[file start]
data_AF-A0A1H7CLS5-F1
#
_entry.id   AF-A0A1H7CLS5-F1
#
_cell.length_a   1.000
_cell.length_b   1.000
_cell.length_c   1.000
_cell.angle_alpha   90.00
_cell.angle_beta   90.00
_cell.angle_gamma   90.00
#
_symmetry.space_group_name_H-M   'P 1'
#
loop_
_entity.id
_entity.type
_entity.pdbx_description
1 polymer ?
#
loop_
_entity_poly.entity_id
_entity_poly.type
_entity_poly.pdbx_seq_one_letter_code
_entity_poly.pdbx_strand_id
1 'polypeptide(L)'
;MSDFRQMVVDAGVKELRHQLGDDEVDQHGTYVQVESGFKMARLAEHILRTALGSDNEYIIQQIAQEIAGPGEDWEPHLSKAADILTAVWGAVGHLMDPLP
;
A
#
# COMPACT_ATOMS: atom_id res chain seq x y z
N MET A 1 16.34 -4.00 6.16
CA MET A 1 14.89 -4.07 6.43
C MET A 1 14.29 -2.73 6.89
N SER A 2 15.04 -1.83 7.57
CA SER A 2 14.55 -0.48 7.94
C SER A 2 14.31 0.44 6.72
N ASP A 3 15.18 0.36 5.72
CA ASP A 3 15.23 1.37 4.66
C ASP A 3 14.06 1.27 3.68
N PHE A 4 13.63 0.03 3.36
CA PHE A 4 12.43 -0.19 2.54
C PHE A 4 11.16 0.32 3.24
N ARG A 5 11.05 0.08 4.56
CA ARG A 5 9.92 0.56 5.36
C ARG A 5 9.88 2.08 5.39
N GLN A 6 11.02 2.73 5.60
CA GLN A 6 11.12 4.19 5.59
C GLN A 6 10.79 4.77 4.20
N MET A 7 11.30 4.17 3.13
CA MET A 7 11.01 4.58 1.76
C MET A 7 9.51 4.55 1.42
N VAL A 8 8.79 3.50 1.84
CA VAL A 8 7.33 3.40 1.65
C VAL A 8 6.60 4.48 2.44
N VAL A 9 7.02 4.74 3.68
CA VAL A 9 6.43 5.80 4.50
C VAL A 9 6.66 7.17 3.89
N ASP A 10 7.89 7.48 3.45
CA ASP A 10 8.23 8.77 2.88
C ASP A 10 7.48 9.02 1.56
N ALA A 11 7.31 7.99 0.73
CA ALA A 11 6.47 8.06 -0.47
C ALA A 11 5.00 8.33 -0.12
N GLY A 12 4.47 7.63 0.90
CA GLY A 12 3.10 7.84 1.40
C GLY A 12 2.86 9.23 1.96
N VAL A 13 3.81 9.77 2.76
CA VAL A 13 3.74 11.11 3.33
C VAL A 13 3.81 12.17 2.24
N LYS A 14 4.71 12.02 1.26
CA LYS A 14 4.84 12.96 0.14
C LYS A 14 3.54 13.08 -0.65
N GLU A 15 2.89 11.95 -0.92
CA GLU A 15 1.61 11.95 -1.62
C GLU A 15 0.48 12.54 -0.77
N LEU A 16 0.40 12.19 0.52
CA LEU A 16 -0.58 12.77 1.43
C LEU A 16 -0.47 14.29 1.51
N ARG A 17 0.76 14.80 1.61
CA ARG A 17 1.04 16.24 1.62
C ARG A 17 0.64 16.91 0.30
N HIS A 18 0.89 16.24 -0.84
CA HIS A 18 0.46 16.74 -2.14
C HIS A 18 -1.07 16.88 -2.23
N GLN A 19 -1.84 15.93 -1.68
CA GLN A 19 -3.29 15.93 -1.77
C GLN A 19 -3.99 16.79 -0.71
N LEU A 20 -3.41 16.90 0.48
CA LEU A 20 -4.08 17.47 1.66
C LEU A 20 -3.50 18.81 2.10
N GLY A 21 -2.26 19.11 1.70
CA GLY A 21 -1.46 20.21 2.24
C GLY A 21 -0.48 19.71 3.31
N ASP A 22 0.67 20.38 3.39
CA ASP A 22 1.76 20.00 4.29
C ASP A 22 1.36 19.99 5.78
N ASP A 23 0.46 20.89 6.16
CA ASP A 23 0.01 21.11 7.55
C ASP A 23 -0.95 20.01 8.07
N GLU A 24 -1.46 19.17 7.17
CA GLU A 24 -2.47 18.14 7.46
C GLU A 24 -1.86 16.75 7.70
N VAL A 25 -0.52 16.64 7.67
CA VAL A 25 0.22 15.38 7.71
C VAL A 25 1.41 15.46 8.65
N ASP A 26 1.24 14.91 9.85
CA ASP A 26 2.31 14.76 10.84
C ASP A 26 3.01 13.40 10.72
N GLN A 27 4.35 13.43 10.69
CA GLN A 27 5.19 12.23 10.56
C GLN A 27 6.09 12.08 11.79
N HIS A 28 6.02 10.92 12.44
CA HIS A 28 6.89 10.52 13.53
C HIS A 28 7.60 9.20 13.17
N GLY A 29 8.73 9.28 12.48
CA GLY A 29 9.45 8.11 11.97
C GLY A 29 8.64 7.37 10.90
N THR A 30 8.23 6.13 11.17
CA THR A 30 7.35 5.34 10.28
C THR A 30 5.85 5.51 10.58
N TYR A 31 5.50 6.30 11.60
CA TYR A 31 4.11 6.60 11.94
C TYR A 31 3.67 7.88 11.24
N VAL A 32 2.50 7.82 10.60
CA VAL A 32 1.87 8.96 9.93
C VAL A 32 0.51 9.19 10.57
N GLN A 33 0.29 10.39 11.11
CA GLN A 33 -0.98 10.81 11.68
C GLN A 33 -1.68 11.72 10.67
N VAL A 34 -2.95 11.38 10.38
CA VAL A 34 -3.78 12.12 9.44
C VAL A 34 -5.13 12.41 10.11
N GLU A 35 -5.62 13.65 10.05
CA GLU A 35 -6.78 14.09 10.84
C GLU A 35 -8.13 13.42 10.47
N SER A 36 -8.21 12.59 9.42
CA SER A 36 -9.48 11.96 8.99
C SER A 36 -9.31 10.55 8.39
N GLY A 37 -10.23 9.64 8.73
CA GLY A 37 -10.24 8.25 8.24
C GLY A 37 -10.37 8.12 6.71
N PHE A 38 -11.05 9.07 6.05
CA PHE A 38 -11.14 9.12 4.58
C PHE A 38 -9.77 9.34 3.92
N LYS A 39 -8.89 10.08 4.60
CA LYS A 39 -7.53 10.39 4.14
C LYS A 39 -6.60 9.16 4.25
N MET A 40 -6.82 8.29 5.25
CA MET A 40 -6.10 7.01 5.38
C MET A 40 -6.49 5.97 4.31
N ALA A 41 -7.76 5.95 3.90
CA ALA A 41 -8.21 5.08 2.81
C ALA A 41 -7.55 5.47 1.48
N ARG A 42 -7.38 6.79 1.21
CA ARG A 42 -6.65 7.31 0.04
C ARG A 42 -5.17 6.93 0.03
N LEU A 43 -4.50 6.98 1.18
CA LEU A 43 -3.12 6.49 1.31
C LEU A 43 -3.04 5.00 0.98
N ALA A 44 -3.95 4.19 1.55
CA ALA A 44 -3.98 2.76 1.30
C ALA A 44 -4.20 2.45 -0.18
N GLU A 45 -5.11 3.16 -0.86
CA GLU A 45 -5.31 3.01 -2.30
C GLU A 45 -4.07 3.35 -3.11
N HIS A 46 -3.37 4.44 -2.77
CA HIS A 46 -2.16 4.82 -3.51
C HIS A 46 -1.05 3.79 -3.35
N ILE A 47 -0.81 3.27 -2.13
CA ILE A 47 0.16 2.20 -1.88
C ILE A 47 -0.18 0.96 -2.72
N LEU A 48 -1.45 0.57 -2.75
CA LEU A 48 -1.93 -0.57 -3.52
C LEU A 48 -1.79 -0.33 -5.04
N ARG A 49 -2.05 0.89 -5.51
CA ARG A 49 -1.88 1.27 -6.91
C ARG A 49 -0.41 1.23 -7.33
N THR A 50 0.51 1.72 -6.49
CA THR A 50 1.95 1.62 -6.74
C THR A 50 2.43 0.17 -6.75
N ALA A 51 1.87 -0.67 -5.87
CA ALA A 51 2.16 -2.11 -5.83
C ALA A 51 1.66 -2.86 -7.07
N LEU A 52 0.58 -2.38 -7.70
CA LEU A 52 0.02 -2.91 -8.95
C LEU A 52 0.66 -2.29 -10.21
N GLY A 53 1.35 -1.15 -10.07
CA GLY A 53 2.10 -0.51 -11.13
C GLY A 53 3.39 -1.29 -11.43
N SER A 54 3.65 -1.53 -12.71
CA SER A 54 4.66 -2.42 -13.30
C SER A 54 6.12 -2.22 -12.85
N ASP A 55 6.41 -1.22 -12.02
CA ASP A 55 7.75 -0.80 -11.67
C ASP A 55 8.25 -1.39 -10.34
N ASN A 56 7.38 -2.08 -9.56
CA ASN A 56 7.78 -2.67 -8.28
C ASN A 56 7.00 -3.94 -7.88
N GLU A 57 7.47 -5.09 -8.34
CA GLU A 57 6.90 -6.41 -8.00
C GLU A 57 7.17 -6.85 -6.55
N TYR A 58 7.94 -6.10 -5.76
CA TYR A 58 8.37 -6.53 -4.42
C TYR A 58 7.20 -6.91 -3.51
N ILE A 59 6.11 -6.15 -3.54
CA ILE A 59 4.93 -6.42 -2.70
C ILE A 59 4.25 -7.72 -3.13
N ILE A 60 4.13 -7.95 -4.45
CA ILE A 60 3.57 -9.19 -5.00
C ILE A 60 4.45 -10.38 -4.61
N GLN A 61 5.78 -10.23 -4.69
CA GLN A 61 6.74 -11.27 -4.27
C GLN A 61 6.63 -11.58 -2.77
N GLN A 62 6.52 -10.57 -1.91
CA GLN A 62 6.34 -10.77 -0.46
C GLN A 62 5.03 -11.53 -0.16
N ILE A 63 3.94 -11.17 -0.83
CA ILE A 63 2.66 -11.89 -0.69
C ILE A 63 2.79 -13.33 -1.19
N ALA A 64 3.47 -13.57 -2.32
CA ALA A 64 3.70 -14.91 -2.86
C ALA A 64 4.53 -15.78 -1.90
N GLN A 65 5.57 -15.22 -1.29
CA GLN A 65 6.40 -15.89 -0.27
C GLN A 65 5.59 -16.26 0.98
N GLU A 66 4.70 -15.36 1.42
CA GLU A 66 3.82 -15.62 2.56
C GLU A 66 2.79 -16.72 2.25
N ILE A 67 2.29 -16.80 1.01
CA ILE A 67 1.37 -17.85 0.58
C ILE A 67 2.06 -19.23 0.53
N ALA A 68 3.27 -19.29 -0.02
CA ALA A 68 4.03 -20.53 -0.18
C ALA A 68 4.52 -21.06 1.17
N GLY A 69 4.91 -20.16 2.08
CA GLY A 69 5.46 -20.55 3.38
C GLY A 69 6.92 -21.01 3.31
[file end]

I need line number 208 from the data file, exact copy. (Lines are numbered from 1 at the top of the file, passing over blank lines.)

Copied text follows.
N ILE A 60 4.13 -7.95 -4.45